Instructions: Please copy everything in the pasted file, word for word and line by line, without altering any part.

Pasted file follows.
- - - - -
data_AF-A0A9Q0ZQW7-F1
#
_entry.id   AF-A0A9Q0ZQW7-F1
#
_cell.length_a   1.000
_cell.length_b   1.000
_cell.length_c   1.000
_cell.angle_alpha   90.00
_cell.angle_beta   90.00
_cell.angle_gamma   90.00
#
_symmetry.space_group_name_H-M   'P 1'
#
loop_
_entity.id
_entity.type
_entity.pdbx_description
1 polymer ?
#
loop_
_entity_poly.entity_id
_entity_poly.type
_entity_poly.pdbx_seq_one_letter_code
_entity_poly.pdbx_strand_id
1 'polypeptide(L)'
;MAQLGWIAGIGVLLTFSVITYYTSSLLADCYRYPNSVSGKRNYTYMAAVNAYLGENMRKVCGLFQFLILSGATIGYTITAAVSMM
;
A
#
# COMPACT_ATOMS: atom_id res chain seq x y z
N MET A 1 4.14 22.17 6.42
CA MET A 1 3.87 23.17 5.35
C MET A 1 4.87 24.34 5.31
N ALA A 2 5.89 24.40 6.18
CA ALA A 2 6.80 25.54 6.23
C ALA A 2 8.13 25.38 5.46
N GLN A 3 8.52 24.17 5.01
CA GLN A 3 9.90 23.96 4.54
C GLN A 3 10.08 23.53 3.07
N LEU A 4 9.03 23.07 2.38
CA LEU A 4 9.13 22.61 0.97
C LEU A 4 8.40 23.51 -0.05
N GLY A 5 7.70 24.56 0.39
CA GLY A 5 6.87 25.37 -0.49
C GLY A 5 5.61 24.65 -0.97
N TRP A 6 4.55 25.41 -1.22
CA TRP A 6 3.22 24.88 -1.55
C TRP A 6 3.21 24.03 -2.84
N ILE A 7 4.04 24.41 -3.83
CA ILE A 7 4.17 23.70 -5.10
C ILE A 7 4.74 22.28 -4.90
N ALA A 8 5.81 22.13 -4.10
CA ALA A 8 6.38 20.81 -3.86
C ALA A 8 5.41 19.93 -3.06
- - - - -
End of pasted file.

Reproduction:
data_AF-A0A9Q0ZQW7-F1
#
_entry.id   AF-A0A9Q0ZQW7-F1
#
_cell.length_a   1.000
_cell.length_b   1.000
_cell.length_c   1.000
_cell.angle_alpha   90.00
_cell.angle_beta   90.00
_cell.angle_gamma   90.00
#
_symmetry.space_group_name_H-M   'P 1'
#
loop_
_entity.id
_entity.type
_entity.pdbx_description
1 polymer ?
#
loop_
_entity_poly.entity_id
_entity_poly.type
_entity_poly.pdbx_seq_one_letter_code
_entity_poly.pdbx_strand_id
1 'polypeptide(L)'
;MAQLGWIAGIGVLLTFSVITYYTSSLLADCYRYPNSVSGKRNYTYMAAVNAYLGENMRKVCGLFQFLILSGATIGYTITAAVSMM
;
A
#
# COMPACT_ATOMS: atom_id res chain seq x y z
N MET A 1 4.14 22.17 6.42
CA MET A 1 3.87 23.17 5.35
C MET A 1 4.87 24.34 5.31
N ALA A 2 5.89 24.40 6.18
CA ALA A 2 6.80 25.54 6.23
C ALA A 2 8.13 25.38 5.46
N GLN A 3 8.52 24.17 5.01
CA GLN A 3 9.90 23.96 4.54
C GLN A 3 10.08 23.53 3.07
N LEU A 4 9.03 23.07 2.38
CA LEU A 4 9.13 22.61 0.97
C LEU A 4 8.40 23.51 -0.05
N GLY A 5 7.70 24.56 0.39
CA GLY A 5 6.87 25.37 -0.49
C GLY A 5 5.61 24.65 -0.97
N TRP A 6 4.55 25.41 -1.22
CA TRP A 6 3.22 24.88 -1.55
C TRP A 6 3.21 24.03 -2.84
N ILE A 7 4.04 24.41 -3.83
CA ILE A 7 4.17 23.70 -5.10
C ILE A 7 4.74 22.28 -4.90
N ALA A 8 5.81 22.13 -4.10
CA ALA A 8 6.38 20.81 -3.86
C ALA A 8 5.41 19.93 -3.06